Trade policy is a major source of friction in the U.S.-China relationship – so much so that the facts are sometimes obscured by rhetoric. Albert Keidel and Robert Cassidy debated whether China’s violations of international trade norms merit a U.S. response and if so what actions the U.S. should take. Roger Ferguson, former Vice Chairman of the Federal Reserve, moderated the debate.

Keidel: The accusations are overblown
Even the most serious current claims against China are poorly reasoned and often flimsy arguments, according to Keidel, and given the strategic importance of U.S.-China relations the United States should only pursue well-documented and well-reasoned cases of trade regulation infractions.

The most common accusation, that China manipulates its currency to keep exports artificially cheap, relies on “clearly exaggerated” statistics. The large gap between U.S. imports from China and Chinese imports from the U.S. is not by itself an indicator of currency manipulation, Keidel said, although it is commonly cited as such.

The global community should bear in mind that China is still developing, Keidel noted, and like many developing countries lacks the legal infrastructure critical to the management of other trade issues, such as intellectual property rights (IPR).

Cassidy: China is violating its WTO commitments
Cassidy argued that China has broken the promises it made in its WTO accession agreement, by failing to properly report subsidies, undervaluing its currency, and violating intellectual property rights. Cassidy cited several major economists who concluded that the renminbi is undervalued by 15 to 75% and also pointed to the trade surplus as a sign of currency manipulation.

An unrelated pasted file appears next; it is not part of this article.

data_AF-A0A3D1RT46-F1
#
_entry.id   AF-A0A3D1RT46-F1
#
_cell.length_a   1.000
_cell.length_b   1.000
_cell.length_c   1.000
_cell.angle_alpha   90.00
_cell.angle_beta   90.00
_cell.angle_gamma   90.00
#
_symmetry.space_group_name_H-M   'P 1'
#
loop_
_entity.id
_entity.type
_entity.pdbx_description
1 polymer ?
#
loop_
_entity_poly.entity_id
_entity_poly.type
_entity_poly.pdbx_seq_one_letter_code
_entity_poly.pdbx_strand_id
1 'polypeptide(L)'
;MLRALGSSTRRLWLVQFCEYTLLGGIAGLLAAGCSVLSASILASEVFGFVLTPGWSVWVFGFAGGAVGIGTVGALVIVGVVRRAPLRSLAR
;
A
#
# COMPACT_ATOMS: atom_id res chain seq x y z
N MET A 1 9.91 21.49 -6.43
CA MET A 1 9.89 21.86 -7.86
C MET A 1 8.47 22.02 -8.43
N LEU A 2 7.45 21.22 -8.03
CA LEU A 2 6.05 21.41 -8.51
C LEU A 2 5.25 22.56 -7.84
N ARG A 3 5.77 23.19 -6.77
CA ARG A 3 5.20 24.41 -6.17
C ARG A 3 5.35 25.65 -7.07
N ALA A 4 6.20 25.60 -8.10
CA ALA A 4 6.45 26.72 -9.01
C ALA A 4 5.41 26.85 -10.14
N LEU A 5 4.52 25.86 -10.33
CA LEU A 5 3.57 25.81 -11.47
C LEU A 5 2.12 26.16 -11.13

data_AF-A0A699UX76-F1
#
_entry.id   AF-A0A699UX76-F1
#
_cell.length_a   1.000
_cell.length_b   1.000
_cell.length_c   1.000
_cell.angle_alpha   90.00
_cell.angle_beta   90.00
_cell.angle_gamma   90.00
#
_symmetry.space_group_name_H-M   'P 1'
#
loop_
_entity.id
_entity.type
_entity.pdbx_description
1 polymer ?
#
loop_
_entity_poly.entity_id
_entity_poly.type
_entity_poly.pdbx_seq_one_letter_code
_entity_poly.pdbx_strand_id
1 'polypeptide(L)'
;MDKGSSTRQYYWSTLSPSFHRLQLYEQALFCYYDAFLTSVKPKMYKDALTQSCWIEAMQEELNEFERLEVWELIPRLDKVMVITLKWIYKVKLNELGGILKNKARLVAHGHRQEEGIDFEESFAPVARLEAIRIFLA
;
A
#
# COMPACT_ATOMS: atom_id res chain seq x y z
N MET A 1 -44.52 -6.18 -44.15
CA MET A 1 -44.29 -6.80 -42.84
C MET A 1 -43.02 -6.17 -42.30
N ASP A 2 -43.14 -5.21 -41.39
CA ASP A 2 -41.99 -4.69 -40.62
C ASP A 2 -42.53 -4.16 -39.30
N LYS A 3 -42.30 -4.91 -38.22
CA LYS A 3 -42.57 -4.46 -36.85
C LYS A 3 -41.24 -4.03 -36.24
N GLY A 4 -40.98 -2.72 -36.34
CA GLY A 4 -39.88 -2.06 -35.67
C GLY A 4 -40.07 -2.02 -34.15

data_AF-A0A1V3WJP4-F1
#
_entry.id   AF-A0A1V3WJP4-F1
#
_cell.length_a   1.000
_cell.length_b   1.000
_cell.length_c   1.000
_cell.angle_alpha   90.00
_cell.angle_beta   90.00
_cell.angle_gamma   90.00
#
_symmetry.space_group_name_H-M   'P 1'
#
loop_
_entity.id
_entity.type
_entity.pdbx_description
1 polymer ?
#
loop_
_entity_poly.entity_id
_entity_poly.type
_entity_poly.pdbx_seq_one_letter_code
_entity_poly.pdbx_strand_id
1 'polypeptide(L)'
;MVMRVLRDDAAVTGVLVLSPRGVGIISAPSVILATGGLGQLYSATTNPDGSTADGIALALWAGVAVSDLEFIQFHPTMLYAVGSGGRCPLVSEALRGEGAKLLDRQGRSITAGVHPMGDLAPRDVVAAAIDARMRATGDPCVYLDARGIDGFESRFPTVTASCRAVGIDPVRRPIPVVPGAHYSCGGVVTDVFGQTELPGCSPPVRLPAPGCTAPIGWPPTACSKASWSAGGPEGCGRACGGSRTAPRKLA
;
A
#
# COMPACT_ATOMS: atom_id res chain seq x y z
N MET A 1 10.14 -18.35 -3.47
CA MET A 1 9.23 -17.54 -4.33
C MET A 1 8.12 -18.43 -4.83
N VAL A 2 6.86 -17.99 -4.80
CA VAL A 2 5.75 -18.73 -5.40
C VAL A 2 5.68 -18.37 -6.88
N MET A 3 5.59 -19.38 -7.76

WTO regulations allow China to use administrative measures to uphold IPR while their court system matures, and Cassidy noted that the Chinese government has IPR laws in place but does not enforce them properly.

U.S. policy options
Both participants agreed that the United States does not need to implement extraordinary measures to deal with China’s trade violations. There are mechanisms within the WTO and China’s WTO accession agreement that could achieve the desired ends.

Keidel argued that high-profile draconian measures (like applying a countervailing duty or passing Congressional resolutions asserting that China manipulates its currency) are unhelpful and unnecessary. Working through the WTO to address issues of serious concern is the best way to resolve disputes without letting shrill rhetoric and inflated accusations undermine U.S. credibility.